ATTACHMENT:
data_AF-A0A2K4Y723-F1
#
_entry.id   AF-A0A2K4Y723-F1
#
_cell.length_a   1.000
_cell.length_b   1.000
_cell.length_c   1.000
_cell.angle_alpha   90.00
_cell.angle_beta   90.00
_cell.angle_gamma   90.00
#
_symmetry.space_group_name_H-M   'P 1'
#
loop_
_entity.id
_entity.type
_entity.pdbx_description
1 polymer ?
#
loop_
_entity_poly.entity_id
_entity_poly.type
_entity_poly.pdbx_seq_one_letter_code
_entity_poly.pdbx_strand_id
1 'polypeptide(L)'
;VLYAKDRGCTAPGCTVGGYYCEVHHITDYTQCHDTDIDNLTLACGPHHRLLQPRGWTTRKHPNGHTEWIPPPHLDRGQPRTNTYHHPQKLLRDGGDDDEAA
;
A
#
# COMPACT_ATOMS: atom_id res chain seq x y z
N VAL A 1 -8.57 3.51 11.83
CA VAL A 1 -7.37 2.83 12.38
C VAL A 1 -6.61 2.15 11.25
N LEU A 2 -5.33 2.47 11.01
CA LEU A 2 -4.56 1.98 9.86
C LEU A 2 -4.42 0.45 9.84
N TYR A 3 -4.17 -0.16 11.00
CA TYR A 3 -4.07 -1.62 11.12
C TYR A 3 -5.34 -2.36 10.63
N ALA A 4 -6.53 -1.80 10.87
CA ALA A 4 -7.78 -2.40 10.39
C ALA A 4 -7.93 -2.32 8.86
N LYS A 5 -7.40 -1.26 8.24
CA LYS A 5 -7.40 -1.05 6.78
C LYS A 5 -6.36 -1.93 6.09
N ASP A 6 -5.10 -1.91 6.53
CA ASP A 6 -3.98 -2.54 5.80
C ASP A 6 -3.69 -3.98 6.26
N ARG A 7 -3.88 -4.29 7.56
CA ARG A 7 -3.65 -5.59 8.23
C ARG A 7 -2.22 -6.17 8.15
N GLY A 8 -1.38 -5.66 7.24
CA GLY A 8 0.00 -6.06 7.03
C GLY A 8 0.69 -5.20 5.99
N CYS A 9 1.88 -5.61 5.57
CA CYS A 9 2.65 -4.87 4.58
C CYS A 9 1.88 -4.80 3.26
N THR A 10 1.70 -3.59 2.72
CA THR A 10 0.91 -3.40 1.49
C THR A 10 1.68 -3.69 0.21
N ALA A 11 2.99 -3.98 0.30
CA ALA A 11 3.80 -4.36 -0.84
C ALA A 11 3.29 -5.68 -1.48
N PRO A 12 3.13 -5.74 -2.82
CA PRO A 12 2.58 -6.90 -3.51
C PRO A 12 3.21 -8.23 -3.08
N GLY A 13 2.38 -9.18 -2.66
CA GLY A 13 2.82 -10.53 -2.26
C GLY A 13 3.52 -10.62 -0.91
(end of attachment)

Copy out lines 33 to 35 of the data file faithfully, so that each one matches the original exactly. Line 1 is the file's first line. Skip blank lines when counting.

C VAL A 1 -6.61 2.15 11.25
N LEU A 2 -5.33 2.47 11.01
CA LEU A 2 -4.56 1.98 9.86